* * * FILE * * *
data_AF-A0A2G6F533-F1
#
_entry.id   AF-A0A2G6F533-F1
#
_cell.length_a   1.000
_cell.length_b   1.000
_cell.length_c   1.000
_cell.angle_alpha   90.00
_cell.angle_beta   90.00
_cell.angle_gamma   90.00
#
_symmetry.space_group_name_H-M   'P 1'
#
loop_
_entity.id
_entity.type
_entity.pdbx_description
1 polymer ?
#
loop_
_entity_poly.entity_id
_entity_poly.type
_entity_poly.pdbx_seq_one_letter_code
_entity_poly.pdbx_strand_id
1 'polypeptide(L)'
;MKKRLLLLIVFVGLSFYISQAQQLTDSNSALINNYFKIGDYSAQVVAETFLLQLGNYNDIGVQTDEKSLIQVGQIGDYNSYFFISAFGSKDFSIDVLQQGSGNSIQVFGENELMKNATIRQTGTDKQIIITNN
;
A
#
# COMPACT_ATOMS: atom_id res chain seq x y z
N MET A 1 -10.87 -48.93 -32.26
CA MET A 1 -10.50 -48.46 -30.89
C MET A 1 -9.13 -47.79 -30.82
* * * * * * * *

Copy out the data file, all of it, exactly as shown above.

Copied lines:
data_AF-A0A2G6F533-F1
#
_entry.id   AF-A0A2G6F533-F1
#
_cell.length_a   1.000
_cell.length_b   1.000
_cell.length_c   1.000
_cell.angle_alpha   90.00
_cell.angle_beta   90.00
_cell.angle_gamma   90.00
#
_symmetry.space_group_name_H-M   'P 1'
#
loop_
_entity.id
_entity.type
_entity.pdbx_description
1 polymer ?
#
loop_
_entity_poly.entity_id
_entity_poly.type
_entity_poly.pdbx_seq_one_letter_code
_entity_poly.pdbx_strand_id
1 'polypeptide(L)'
;MKKRLLLLIVFVGLSFYISQAQQLTDSNSALINNYFKIGDYSAQVVAETFLLQLGNYNDIGVQTDEKSLIQVGQIGDYNSYFFISAFGSKDFSIDVLQQGSGNSIQVFGENELMKNATIRQTGTDKQIIITNN
;
A
#
# COMPACT_ATOMS: atom_id res chain seq x y z
N MET A 1 -10.87 -48.93 -32.26
CA MET A 1 -10.50 -48.46 -30.89
C MET A 1 -9.13 -47.79 -30.82